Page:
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Spicy noodles are having a MOMENT. TikTok and Instagram have thousands of videos of youngsters slurping them down on camera, while YouTube has playlists dedicated to spicy noodle challenges and mukbangs - with many people throwing in the towel, unable to handle the heat.
Nongshim, the makers of the original instant spicy ramen noodles, struck gold when their product made an appearance in the 2019 film Parasite. There’s a scene where the housekeeper tosses cubed sirloin steak into a mix of Nongshim noodles. With 8 minutes on the clock before her employers get home (and chaos in the background) the noodles cook up quickly - and serve up the perfect distraction when the lady of the house enters.
The film made Nongshim (and instant spicy noodles) world-famous, and once the pandemic hit and convenience cooking became a necessary evil, sales boomed. Starchy, salty, spicy, satisfying, and ready in seconds - what’s not to love? But instant ramen is no friend to a healthy gut - so we’re showing you how to make healthier versions at home, which are simple, spicy and just as satisfying than the packaged stuff.
For The Bold: Drunken Rice Noodle Stir-Fry From Raman Okram
If you can handle the heat, turn to this one, from Delhi-based food blogger Raman Okram, who knows his noodles. A bachelor who lives alone and is committed to his fitness regimen, noodles are an easy way to get the carbs, protein and fibre he needs, fast.
The recipe he shares with us is inspired by a Thai dish called Pad Kee Mao or Drunken Noodles - so called, because it has enough chilli in it to cure even the most severe hangover. The dish has the classic Southeast Asian flavour trio of salty, spicy and sour, with fiery Thai bird’s eye chillies. Raman uses his homemade chilli oil as a replacement to enhance the flavour and give the noodles a glossier coating and adds sausage and shrimp to give it some heft. The combination of heat + meat makes it the ideal cure for a Saturday night that grew into a Sunday morning - or for when you’re binge-watching a K-drama and get the cravings from everyone on screen eating noodles.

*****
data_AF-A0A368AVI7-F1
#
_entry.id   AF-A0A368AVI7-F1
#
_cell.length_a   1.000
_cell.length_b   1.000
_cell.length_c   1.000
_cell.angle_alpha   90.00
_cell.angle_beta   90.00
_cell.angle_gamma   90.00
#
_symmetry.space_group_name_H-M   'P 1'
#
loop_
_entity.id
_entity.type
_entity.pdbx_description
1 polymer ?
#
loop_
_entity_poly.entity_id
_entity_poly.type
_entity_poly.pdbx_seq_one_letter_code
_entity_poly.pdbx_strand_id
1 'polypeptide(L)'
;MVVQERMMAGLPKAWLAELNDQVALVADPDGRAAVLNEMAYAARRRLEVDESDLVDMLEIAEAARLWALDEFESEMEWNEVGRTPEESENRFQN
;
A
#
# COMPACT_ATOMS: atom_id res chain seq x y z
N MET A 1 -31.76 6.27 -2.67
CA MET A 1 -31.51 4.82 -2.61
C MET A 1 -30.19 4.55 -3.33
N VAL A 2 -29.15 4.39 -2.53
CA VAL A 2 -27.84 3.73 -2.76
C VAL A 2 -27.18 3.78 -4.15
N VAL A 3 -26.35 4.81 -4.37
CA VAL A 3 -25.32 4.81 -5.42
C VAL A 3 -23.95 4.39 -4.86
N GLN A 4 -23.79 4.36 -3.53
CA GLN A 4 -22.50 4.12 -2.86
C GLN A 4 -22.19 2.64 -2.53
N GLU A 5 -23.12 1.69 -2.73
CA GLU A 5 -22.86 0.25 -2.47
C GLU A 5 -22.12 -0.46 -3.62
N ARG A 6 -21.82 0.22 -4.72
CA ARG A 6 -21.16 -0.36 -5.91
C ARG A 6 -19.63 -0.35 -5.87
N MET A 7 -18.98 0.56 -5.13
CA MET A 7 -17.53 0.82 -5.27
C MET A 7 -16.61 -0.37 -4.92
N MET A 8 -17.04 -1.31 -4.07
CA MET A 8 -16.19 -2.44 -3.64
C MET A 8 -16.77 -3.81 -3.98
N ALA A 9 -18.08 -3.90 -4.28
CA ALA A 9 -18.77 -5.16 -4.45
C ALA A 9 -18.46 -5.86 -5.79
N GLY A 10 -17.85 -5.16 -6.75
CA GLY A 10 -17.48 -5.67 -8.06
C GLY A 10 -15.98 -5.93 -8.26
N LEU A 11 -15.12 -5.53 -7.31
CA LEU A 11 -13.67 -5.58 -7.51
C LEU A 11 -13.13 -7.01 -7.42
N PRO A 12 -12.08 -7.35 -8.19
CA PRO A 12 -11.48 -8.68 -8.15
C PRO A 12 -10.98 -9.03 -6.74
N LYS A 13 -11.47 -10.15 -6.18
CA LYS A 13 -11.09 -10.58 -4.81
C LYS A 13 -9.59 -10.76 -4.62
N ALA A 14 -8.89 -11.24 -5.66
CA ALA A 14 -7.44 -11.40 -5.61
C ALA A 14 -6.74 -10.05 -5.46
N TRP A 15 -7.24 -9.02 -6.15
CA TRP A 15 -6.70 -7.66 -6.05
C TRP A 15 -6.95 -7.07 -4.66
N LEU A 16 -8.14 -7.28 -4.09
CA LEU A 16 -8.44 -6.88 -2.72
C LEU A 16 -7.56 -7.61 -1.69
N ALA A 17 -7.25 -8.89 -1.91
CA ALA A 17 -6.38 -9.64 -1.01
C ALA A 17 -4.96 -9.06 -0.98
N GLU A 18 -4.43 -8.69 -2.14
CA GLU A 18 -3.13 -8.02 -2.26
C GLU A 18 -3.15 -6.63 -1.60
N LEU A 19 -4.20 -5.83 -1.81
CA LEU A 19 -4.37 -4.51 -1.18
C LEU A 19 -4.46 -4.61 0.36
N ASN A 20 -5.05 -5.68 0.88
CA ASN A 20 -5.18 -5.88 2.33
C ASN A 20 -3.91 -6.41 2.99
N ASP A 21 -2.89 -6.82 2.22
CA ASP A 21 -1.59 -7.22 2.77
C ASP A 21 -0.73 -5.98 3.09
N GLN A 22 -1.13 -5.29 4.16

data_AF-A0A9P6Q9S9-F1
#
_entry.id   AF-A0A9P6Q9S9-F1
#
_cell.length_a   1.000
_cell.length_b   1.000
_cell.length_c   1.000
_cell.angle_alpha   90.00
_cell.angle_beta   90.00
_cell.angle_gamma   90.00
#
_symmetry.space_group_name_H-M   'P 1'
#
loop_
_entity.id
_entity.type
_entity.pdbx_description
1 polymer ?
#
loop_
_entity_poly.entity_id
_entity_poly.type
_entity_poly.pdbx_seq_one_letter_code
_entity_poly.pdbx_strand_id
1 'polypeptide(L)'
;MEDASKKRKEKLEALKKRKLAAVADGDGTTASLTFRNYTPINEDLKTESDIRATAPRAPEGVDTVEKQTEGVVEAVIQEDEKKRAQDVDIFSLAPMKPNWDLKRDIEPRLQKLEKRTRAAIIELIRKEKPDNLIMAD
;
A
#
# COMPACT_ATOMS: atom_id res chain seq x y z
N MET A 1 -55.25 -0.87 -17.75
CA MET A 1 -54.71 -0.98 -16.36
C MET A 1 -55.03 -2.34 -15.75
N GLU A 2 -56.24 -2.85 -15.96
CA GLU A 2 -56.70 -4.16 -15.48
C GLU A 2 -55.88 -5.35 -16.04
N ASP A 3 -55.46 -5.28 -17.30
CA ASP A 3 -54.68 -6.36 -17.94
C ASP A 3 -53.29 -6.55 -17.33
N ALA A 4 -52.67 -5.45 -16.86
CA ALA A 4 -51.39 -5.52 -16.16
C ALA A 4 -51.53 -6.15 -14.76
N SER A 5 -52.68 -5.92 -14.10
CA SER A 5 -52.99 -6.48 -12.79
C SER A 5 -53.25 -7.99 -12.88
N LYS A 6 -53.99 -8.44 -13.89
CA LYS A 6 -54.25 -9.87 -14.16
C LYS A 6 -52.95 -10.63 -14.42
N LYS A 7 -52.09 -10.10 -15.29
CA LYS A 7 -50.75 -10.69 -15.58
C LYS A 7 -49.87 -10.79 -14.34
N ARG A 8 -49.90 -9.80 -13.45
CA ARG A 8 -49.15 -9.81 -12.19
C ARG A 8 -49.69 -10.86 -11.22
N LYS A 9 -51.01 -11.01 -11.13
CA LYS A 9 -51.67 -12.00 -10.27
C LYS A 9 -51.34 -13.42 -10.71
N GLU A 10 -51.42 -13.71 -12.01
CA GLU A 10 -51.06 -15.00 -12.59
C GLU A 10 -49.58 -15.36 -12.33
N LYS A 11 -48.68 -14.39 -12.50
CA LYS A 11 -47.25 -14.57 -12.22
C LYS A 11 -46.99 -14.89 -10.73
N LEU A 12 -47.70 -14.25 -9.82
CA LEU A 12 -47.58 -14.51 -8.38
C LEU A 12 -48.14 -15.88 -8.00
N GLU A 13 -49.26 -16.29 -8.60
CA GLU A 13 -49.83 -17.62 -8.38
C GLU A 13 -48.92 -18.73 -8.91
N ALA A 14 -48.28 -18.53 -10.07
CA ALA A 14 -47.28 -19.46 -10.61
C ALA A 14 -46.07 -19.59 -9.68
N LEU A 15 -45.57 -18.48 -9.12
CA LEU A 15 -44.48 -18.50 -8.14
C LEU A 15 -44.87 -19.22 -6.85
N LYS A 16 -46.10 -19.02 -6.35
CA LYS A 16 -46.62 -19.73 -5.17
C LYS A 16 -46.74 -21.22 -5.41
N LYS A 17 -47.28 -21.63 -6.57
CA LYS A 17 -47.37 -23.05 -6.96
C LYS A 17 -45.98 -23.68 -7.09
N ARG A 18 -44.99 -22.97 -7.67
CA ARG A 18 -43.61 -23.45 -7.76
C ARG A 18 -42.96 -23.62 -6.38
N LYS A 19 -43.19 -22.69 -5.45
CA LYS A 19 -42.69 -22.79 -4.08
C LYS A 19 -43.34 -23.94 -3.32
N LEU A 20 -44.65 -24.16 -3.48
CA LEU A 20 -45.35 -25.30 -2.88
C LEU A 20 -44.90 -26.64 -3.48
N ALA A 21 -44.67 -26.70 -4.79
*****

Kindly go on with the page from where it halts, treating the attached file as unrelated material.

• How often he makes it: Once a week
• Why you should give it a go: This one’s pantry/freezer-friendly and doesn’t require a lot of prep.
• Cook’s tip: You can switch up the protein (choosing to use only one type or any combination) or go vegan with seared tofu and/or meaty mushrooms.
• 1/2- 3/4 cup cooked flat rice noodles
• 2 tbsp oil
• 1 tbsp chopped scallions
• 2-3 cloves pinched garlic
• 1 red chilli, sliced thinly
• 1/4 cup smoked sausage
• 1/4 cup diced chicken, seasoned lightly with salt and pepper
• 1/4 tip shrimp, seasoned lightly with salt and pepper
• 1 tsp light soy sauce
• 1 two dark soy sauce
• 1 tsp fish sauce
• Pinch of sugar
• Water as needed
• 1 egg
• A handful of fresh basil
• 1 heaping tsp Ramano’s OG chilli oil/any other chilli oil
• Cook your noodles according to the package instructions, drain, and set aside. (Use flat rice noodles for this, and not vermicelli, as you want the noodles to hold up well against the protein.)
• In a small bowl, mix both soy sauces, fish sauce and sugar and set aside.
• In a large wok, heat the oil on a medium-low flame. Once it bubbles, add your scallions, minced garlic and sliced red chilli and sauté.
• One by one, add the smoked sausage, chicken, shrimp and sauté.
• Add the cooked noodles and toss; pour over the soy sauce mixture and toss to coat. At this step, you can add a little water of needed.
• Move the noodles to one side of the wok and make room for the egg.
• In this little well you’ve created, add a dash of oil and crack in the egg and season with salt. Gently scramble the egg, and once it’s starts cooking, toss it with the noodles.
• Add basil and mix well.
• Add the chilli oil, toss to coat.
For The Desi-At-Heart: Street-Style Chowmein From Anshul Malhotra
Desi Chinese or Chinjabi is a love child of Indian street-style food and Chinese food - and that’s what twentysomething food blogger Anshul Malhotra is sharing with us. Growing up in a home where both his parents worked and shared kitchen duties, he saw cooking as a basic, must-have skill, gender no matter. Now he shares his skills and love for food with his IG followers, posting easy everyday recipes and the occasional stunner of a cake.
Anshul says the pandemic has demonstrated the need to for youngsters to ramp up their culinary know-how from 2-minute noodles to more substantial stuff. This is his version of desi “thele waali chowmein” (hawker style chowmein), inspired by his childhood in Meerut, where he used to eat a plateful at the chaat bazaar each week. He’s taken the basic chowmein with cabbage, carrot and peppers and added chicken + chillies to make it filling + spicy. He also has a hack - adding turmeric to give the noodles that classic golden street food hue.